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How to help my schizophrenic mother when my stepdad is enabling her to remain ill

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How to help my schizophrenic mother when my stepdad is enabling her to remain ill

Postby xyzzy » Tue Apr 17, 2018 12:43 pm

Apologies for the length of this message, but it’s a complex problem to explain.

I’m a middle-aged man whose mother was diagnosed with schizophrenia when I was a child. During my childhood and my teenage years, my mum was in and out of hospital, but did the best she could in bringing me up. For most of my adult life, my mum’s mental health has been stable and I’ve had a good relationship with my mum and stepdad, but over the last few years her mental health has slowly deteriorated. Her behaviour became increasingly difficult for me to cope with, while my stepdad insisted that her behaviour was OK and expected me to accept it too.

Three years ago things became so bad that I felt I had no choice but to cut off contact with them both, as I was worried that if I kept in contact I risked having a nervous breakdown myself. I feel I’ve done the best I could in very difficult circumstances, but still feel guilty for cutting off contact when my mum has done so much for me in the past, and feel that there must be something more I can do to help. I’m looking for any suggestions of what I can do, as I’ve tried various things and none of them have worked.

For many years, my mum’s mental health problems were kept under control through a combination of medication (Risperidone) and counselling provided by a Community Psychiatric Nurse (CPN). Unfortunately the counselling was withdrawn a few years ago due to funding cuts. Since then, her mental health has slowly worsened despite continuing to take her medication, and she has become increasingly paranoid. She would regularly warn me about different types of people who were not to be trusted, and about dangers in situations that others would perceive to be safe. She would get angry with me if I questioned or disagreed with any of her paranoid thoughts, and my stepdad would take my mum’s side in any argument.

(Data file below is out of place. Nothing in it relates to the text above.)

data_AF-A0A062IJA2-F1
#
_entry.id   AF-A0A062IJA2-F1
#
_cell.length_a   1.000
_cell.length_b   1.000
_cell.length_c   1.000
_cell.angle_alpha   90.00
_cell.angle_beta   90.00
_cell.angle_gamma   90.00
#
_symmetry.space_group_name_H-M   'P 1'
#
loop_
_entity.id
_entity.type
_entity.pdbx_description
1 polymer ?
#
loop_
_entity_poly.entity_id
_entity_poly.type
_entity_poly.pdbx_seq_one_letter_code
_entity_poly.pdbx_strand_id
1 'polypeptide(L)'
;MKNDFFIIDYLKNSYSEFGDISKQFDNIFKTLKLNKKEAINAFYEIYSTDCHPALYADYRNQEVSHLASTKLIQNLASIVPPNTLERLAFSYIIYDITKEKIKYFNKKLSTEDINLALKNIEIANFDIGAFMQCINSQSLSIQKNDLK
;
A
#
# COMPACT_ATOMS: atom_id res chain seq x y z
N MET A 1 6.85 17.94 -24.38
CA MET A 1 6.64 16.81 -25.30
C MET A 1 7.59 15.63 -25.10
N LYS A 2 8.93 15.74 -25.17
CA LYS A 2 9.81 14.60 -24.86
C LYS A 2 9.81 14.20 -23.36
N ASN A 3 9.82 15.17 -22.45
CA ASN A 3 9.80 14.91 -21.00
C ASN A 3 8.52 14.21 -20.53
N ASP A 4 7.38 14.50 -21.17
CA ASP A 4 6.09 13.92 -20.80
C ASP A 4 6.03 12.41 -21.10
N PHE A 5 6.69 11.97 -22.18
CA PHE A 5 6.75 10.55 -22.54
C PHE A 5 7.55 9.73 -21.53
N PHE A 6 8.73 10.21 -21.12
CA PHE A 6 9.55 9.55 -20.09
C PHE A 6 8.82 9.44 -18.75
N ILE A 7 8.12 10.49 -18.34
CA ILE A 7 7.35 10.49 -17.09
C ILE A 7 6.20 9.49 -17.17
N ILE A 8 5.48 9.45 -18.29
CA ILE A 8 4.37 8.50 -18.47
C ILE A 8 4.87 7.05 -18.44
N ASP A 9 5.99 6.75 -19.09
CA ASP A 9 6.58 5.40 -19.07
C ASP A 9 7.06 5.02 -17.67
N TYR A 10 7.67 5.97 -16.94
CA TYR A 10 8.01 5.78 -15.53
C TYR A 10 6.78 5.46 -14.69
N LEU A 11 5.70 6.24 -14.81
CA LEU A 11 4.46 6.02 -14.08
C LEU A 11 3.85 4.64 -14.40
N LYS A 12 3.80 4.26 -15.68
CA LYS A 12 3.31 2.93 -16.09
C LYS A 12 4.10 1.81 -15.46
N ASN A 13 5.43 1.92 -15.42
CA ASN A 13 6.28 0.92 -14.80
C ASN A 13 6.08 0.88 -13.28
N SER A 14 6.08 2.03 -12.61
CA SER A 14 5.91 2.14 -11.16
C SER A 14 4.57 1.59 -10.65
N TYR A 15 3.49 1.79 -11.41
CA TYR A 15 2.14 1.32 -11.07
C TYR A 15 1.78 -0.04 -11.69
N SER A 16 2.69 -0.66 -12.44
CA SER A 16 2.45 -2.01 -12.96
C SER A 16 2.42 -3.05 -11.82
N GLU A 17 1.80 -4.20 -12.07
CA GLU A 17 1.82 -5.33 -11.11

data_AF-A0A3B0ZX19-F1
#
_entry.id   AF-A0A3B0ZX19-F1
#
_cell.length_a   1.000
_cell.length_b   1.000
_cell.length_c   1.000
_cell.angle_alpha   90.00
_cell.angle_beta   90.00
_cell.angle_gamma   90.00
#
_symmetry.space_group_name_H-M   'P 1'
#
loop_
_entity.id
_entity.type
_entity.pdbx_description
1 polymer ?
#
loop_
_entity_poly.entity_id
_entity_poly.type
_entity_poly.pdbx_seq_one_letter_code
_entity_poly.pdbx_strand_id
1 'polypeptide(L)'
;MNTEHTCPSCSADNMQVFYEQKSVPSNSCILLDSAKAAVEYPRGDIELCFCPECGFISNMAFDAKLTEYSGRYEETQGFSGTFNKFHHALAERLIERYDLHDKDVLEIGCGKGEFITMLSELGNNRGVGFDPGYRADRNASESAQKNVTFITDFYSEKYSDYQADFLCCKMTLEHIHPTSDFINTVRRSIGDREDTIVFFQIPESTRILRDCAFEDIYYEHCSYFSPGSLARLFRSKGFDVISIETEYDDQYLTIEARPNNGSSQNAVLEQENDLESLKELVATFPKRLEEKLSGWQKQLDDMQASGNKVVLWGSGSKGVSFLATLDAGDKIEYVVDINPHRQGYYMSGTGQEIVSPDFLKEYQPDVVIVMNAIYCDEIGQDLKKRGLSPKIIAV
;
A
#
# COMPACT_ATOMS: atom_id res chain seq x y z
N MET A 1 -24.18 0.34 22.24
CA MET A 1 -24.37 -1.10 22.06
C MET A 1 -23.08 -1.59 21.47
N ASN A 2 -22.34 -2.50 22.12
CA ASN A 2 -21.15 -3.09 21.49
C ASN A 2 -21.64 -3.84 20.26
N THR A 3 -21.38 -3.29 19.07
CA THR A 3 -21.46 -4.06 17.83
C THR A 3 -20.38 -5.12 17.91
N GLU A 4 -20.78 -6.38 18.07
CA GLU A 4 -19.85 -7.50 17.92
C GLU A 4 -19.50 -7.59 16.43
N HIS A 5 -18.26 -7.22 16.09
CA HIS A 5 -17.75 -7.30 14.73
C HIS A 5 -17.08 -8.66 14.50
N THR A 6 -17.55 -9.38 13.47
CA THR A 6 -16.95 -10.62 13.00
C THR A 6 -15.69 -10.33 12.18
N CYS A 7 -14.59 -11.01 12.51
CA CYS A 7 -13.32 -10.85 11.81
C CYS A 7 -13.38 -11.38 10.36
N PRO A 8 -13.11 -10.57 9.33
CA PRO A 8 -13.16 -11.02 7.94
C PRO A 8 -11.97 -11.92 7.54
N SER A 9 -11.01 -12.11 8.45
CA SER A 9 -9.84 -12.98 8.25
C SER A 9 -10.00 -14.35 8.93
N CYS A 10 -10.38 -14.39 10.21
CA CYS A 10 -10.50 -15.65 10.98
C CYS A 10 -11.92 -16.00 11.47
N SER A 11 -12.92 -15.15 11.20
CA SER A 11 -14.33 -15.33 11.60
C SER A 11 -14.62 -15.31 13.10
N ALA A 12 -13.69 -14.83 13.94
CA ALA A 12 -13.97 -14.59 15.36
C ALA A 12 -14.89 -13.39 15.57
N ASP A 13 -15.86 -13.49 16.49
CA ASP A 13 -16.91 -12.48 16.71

Over time, my stepdad came round to my mum’s way of thinking, and started bombarding me with text messages, echoing my mum’s paranoid thoughts. I coped with this by reducing contact with them both, so I would ignore any paranoid texts, only phone them once or twice a month, and only visit them occasionally (they live hundreds of miles away). The phone calls normally lasted about two hours and left me feeling emotionally drained. The circle of people who my mum trusted gradually shrank, until she came to distrust my girlfriend and her family, and eventually to distrust me too.

Because I had reduced contact, my mum got angry at me and accused me of deserting her in her old age. I explained that my girlfriend and I were finding it extremely difficult to cope with her behaviour, especially as she kept forcing me to relive traumatic experiences from my own childhood. When I explained how upsetting I found this, she belittled it, saying that as a man I should easily be able to cope, and that listening to her problems was nothing compared to the stresses of bringing up children. My stepdad supported her point of view, saying that I need to be prepared to make sacrifices for my mum because she did a lot for me when I was growing up.

This all ended in a phone call where my mum got angry and put the phone down on me, at which point I cut off contact, blocking their phone numbers and diverting their text messages to a ‘spam’ folder, which I checked periodically in case of any important news about my mum’s health. My stepdad continued to bombard me with text messages for another year, mostly echoing my mum’s paranoid thoughts, interspersed with a few texts blaming me and/or the medical profession for everything that had happened. After that, the texts suddenly stopped and I haven’t heard from them since.